updated 6/22/2004 1:24:44 PM ET 2004-06-22T17:24:44

A pro-Democratic group that criticizes President Bush in its fund-raising letters is breaking the law in the types of contributions it uses to finance the mailings, campaign finance watchdog groups said in a complaint.

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The three groups said America Coming Together should be using limited “hard money” donations, not unlimited contributions, to pay for the solicitations. The groups — Democracy 21, the Center for Responsive Politics and the Campaign Legal Center — planned to file the complaint on Tuesday with the Federal Election Commission.

ACT has financed the mailings — possibly up to $1 million worth through March — with soft money, the groups say. Such unlimited donations can come from any source, including unions and corporations, but aren’t supposed to be used for federal election activities.

“When Election Day is over, we will have defeated George W. Bush and elected progressive candidates all across the nation,” ACT told prospective donors in one recent fund-raising letter. “The extraordinary effort we’re undertaking is in response to the extraordinary damage Bush and his allies do, on a daily basis, to values we believe in and to people we care about.”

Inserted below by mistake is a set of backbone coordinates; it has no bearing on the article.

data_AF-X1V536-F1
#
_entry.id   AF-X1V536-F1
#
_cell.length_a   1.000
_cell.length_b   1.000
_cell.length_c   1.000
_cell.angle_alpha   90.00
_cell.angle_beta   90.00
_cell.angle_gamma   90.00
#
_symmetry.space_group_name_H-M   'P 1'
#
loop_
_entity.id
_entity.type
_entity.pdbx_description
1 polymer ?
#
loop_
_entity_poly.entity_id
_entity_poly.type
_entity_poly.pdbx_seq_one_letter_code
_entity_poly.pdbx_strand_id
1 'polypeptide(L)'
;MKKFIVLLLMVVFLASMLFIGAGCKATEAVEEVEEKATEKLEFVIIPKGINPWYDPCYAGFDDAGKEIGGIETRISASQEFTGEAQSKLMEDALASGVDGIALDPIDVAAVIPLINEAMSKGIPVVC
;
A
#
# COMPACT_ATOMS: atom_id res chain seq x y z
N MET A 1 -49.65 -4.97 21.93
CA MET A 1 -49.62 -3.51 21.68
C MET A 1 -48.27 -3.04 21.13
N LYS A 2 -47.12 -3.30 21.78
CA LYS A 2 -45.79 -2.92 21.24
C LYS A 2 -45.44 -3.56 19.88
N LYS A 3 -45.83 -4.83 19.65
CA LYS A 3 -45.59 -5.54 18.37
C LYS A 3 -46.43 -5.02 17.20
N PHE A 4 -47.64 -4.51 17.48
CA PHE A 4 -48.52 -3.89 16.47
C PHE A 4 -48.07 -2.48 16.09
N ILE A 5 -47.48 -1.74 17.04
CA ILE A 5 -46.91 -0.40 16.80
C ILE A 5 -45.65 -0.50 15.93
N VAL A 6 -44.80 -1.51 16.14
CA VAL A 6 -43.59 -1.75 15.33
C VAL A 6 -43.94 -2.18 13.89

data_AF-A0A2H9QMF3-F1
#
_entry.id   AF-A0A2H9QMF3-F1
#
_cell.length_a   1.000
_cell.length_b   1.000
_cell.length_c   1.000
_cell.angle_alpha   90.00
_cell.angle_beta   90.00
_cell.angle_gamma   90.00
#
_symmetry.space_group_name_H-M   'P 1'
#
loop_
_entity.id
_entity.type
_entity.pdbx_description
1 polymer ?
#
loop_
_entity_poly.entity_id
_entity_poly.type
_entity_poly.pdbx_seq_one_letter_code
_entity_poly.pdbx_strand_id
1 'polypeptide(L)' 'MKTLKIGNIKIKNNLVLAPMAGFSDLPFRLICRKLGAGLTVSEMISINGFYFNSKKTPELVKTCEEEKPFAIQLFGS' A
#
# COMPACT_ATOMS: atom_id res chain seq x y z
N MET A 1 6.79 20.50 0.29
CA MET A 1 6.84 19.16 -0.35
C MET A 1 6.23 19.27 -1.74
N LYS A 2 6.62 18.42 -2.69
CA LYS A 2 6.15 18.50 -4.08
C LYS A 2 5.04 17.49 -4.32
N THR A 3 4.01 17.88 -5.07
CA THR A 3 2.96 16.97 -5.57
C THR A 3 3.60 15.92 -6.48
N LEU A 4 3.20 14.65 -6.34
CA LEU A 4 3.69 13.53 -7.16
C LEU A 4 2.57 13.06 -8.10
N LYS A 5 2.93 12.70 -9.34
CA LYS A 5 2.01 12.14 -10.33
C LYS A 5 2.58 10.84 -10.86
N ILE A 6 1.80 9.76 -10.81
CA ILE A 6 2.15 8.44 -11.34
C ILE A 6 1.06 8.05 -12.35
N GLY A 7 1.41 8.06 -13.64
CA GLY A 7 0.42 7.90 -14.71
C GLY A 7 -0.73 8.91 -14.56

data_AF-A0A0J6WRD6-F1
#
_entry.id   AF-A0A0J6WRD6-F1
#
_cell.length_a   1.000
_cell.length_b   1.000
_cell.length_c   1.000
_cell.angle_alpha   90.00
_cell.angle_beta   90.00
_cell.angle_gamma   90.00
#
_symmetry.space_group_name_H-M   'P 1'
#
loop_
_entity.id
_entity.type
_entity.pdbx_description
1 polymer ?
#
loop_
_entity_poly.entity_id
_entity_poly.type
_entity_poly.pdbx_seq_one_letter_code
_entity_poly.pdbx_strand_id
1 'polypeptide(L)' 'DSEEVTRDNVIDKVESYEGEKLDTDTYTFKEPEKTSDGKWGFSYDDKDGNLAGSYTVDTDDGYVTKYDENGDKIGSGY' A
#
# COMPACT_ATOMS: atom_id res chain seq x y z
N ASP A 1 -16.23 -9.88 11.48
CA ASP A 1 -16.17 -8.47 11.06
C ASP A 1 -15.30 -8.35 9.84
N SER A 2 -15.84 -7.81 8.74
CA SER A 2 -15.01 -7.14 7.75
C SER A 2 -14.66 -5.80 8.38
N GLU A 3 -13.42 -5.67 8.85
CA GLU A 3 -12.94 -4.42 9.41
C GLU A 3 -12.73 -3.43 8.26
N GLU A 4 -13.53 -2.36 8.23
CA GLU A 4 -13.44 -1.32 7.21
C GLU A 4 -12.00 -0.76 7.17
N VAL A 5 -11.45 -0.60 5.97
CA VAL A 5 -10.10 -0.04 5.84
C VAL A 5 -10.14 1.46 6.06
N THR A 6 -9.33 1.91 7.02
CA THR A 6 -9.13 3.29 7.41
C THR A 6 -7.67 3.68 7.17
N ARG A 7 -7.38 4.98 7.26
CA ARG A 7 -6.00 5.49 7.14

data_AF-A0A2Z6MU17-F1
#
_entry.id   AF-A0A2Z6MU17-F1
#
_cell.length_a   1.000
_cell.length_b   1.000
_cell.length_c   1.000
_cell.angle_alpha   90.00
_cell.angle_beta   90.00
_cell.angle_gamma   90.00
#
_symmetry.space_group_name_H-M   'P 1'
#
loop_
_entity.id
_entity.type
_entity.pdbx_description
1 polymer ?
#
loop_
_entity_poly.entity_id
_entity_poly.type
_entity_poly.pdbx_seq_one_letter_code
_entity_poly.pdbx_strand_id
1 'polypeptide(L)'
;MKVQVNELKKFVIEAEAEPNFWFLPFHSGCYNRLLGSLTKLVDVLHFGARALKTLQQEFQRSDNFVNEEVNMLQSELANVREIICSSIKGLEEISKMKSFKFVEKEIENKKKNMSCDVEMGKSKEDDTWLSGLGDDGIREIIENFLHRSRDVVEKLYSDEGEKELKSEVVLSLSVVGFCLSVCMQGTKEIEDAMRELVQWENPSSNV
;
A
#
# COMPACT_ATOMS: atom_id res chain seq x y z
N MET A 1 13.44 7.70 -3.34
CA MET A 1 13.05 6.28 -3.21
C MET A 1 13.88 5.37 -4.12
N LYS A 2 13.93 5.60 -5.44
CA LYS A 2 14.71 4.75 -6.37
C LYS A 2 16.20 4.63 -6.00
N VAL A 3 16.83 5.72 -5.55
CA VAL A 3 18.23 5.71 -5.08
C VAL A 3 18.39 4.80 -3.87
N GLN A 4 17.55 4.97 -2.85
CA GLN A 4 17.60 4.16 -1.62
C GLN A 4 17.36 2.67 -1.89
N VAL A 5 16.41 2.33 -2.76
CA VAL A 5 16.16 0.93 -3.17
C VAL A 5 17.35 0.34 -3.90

The mailing also notes ACT’s desire to defeat Republican members of Congress and GOP lawmakers at the state and local levels.

The commission is unlikely to act on the complaint before Election Day; the FEC often takes years to resolve complaints.

ACT spokesman Jim Jordan said the organization has done nothing improper: “It is, we believe, completely without merit,” Jordan said of the complaint.

The watchdog groups contend that because no state and local candidates are named, and Bush, a federal candidate, is the only person on the ballot who is, such solicitations must be funded with the harder-to-raise hard money.

ACT was formed after the campaign finance law barring the national Democratic and Republican parties from raising soft money took effect in November 2002. It is focused on pro-Democratic get-out-the-vote activities in presidential battleground states, efforts the Democratic Party had used soft money to finance.

ACT is allowed to cover some costs using a mix of hard and soft money. The group paid for roughly 98 percent of its expenses with soft money through March and should be using more hard money, the complaint says.

The complaint isn’t the first against ACT. The Bush campaign and Republican National Committee filed one with the FEC in March accusing ACT and other anti-Bush groups of illegally coordinating their activities with Democratic presidential candidate John Kerry’s campaign. The Kerry campaign and the groups say they’ve done nothing wrong.

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